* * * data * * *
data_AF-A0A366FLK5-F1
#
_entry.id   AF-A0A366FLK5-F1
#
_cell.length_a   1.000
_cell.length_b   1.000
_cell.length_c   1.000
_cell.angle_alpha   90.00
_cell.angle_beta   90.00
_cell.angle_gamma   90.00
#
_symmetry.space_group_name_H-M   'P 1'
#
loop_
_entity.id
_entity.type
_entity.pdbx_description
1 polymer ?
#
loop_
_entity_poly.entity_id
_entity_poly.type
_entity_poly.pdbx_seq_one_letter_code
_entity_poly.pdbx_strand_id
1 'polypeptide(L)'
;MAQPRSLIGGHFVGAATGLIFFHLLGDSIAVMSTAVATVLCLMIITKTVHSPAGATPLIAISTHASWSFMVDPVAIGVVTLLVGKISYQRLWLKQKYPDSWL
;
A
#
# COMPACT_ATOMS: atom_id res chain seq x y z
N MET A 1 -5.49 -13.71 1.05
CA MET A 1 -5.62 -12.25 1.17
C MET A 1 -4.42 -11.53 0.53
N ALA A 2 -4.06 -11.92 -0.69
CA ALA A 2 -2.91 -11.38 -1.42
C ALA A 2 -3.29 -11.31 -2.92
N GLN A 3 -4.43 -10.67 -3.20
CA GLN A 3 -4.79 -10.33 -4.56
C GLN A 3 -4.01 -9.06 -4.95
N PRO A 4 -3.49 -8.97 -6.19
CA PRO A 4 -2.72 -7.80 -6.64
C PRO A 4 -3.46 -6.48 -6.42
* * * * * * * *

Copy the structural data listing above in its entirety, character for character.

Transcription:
data_AF-A0A366FLK5-F1
#
_entry.id   AF-A0A366FLK5-F1
#
_cell.length_a   1.000
_cell.length_b   1.000
_cell.length_c   1.000
_cell.angle_alpha   90.00
_cell.angle_beta   90.00
_cell.angle_gamma   90.00
#
_symmetry.space_group_name_H-M   'P 1'
#
loop_
_entity.id
_entity.type
_entity.pdbx_description
1 polymer ?
#
loop_
_entity_poly.entity_id
_entity_poly.type
_entity_poly.pdbx_seq_one_letter_code
_entity_poly.pdbx_strand_id
1 'polypeptide(L)'
;MAQPRSLIGGHFVGAATGLIFFHLLGDSIAVMSTAVATVLCLMIITKTVHSPAGATPLIAISTHASWSFMVDPVAIGVVTLLVGKISYQRLWLKQKYPDSWL
;
A
#
# COMPACT_ATOMS: atom_id res chain seq x y z
N MET A 1 -5.49 -13.71 1.05
CA MET A 1 -5.62 -12.25 1.17
C MET A 1 -4.42 -11.53 0.53
N ALA A 2 -4.06 -11.92 -0.69
CA ALA A 2 -2.91 -11.38 -1.42
C ALA A 2 -3.29 -11.31 -2.92
N GLN A 3 -4.43 -10.67 -3.20
CA GLN A 3 -4.79 -10.33 -4.56
C GLN A 3 -4.01 -9.06 -4.95
N PRO A 4 -3.49 -8.97 -6.19
CA PRO A 4 -2.72 -7.80 -6.64
C PRO A 4 -3.46 -6.48 -6.42